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Richard Riordan Suspends Effort To Put Pension-Cutting Measure On Ballot

Former mayor Richard Riordan has suspended his effort to place a measure on the May ballot to roll back City Hall pensions.


Riordan's campaign had gathered more than 100,000 signatures for the effort over the last month. But at that rate, it appeared to be impossible to gather more than 300,000 signatures by the Dec. 28 deadline, said spokesman John Schwada.

Riordan wanted to require city workers to pay more toward their pension benefits, and convert all new city employees -- including police and firefighters -- to 401(k) plans.

"You're talking close to 400,000 signatures that are needed," Schwada said. "That's a lot of signatures to get in a month."

SEIU Local 721, which coordinated an effort to prevent Riordan's proposal from reaching the ballot, declared victory.

"Richard Riordan's scheme to make trash truck drivers, street pavers and tree trimmers retire into poverty has failed because the citizens of Los Angeles value the men and women who serve their community," said the union, in a statement attributed to sanitation worker Simboa Wright. "City residents weren't about to let a bunch of billionaires rewrite city policies. As city workers have been saying for a long time, Riordan's half-baked plan wasn't thought out. It died because it was bad for city workers and the city they serve."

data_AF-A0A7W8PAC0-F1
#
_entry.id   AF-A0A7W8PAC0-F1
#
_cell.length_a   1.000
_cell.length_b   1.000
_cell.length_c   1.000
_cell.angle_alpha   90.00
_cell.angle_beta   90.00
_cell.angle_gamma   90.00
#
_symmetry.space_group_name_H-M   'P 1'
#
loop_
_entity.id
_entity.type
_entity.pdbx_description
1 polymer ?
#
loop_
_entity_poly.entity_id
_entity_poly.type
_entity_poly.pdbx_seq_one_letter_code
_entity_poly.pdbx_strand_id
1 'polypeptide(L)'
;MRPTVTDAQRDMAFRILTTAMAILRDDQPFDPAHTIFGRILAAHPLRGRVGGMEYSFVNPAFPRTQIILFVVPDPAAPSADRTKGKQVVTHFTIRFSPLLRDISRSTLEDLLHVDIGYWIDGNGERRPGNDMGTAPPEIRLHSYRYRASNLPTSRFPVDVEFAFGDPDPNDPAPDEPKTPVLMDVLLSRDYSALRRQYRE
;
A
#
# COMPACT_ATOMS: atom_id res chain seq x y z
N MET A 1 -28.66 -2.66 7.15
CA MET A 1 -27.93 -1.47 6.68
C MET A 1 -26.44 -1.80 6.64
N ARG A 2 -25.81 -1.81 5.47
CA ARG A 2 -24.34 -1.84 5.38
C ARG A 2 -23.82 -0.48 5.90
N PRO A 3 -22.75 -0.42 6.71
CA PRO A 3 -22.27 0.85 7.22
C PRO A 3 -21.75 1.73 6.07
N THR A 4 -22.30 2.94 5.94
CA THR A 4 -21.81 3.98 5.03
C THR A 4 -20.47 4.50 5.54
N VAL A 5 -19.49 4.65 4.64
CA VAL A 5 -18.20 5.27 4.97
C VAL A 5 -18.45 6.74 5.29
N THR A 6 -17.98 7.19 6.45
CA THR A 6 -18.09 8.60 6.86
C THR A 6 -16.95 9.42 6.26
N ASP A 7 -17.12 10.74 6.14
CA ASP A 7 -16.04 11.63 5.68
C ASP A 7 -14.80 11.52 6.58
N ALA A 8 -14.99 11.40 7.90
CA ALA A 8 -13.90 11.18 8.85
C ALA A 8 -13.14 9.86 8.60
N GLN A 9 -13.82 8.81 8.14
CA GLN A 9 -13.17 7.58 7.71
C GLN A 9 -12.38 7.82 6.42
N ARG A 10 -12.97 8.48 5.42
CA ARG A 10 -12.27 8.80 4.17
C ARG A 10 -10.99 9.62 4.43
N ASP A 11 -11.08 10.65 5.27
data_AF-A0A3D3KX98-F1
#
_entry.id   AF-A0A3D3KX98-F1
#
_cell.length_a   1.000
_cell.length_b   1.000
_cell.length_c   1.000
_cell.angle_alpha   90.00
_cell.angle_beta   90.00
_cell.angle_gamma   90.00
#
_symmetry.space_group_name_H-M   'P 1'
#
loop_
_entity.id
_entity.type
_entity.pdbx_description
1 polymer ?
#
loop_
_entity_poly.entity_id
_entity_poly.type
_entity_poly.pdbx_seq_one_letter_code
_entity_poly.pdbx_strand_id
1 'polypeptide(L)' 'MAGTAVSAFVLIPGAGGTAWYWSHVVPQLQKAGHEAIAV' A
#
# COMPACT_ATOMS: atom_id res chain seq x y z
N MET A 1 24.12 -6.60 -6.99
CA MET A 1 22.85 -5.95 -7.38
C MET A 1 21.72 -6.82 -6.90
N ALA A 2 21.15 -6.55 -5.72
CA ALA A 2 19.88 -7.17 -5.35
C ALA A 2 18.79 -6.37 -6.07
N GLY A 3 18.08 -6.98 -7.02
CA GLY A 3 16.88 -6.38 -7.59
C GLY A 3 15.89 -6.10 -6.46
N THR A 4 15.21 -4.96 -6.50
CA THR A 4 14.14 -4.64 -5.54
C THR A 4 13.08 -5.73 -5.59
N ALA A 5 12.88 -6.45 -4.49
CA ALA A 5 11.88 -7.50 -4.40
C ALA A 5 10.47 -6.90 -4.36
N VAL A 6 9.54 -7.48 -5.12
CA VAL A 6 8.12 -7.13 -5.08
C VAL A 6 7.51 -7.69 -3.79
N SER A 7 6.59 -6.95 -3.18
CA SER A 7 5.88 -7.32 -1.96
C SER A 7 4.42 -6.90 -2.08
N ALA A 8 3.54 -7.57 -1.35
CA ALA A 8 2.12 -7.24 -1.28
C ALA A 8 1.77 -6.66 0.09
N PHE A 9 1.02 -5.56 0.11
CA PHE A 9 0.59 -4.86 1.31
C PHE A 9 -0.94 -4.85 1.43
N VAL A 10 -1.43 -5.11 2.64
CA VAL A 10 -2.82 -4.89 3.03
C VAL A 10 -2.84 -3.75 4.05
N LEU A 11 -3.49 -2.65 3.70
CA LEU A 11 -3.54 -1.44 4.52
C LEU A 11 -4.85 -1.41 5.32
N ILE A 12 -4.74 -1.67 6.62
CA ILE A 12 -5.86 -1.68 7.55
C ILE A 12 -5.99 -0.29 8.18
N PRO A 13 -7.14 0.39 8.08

In his own statement, Riordan said he was not giving up on the issue. The next opportunity to put an initiative on the ballot would be in June 2014.

"I think it was always recognized this was going to be a very difficult and ambitious program to get something on the ballot in May," Schwada said. "Dick Riordan believed it was worth a shot. He put his money where his mouth is. We determined that alternative is not viable at this time."

Riordan recently told City News Service that he put $200,000 to $400,000 of his own money into the signature gathering effort. The campaign has not filed a finance report, so it is not yet known how much Riordan was able to raise from other sources.

Though Riordan's campaign was shooting for the Dec. 28 deadline, the City Clerk's Office had suggested they file by Dec. 7 to ensure that the signatures were verified in time for the May ballot.

Update, 10:45 a.m.: Tyler Izen, president of the L.A. Police Protective League, challenged Riordan to a series of debates. Riordan initially accepted, then backed off. In a statement today, Izen called the measure "simplistic" and said it would have cost the city more money.

"We appreciate Mr. Riordan's concern for the City's financial status, we just disagree that this Charter change was a viable option," Izen said. "As I have said from day one, thoughtful analysis and real solutions are needed to address pension issues, and the League will continue to work towards those solutions with the City or anyone else who wants to roll up their sleeves and help."

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